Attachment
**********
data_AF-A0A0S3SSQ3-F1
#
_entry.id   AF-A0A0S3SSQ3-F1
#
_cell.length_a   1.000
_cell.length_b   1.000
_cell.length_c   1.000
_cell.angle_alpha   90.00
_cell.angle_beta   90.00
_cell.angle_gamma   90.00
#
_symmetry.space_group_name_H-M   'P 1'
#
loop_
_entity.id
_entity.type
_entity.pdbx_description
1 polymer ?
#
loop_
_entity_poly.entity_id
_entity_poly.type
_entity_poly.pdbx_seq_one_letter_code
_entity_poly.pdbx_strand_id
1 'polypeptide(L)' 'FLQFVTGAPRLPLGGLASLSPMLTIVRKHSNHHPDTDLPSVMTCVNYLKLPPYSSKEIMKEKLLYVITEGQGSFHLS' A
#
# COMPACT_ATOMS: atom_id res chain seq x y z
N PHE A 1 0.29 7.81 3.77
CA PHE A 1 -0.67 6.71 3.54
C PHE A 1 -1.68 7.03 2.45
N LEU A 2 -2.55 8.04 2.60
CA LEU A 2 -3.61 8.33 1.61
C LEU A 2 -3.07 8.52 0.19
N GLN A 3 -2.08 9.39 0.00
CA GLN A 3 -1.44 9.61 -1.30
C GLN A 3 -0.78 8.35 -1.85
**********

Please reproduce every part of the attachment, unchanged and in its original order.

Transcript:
data_AF-A0A0S3SSQ3-F1
#
_entry.id   AF-A0A0S3SSQ3-F1
#
_cell.length_a   1.000
_cell.length_b   1.000
_cell.length_c   1.000
_cell.angle_alpha   90.00
_cell.angle_beta   90.00
_cell.angle_gamma   90.00
#
_symmetry.space_group_name_H-M   'P 1'
#
loop_
_entity.id
_entity.type
_entity.pdbx_description
1 polymer ?
#
loop_
_entity_poly.entity_id
_entity_poly.type
_entity_poly.pdbx_seq_one_letter_code
_entity_poly.pdbx_strand_id
1 'polypeptide(L)' 'FLQFVTGAPRLPLGGLASLSPMLTIVRKHSNHHPDTDLPSVMTCVNYLKLPPYSSKEIMKEKLLYVITEGQGSFHLS' A
#
# COMPACT_ATOMS: atom_id res chain seq x y z
N PHE A 1 0.29 7.81 3.77
CA PHE A 1 -0.67 6.71 3.54
C PHE A 1 -1.68 7.03 2.45
N LEU A 2 -2.55 8.04 2.60
CA LEU A 2 -3.61 8.33 1.61
C LEU A 2 -3.07 8.52 0.19
N GLN A 3 -2.08 9.39 0.00
CA GLN A 3 -1.44 9.61 -1.30
C GLN A 3 -0.78 8.35 -1.85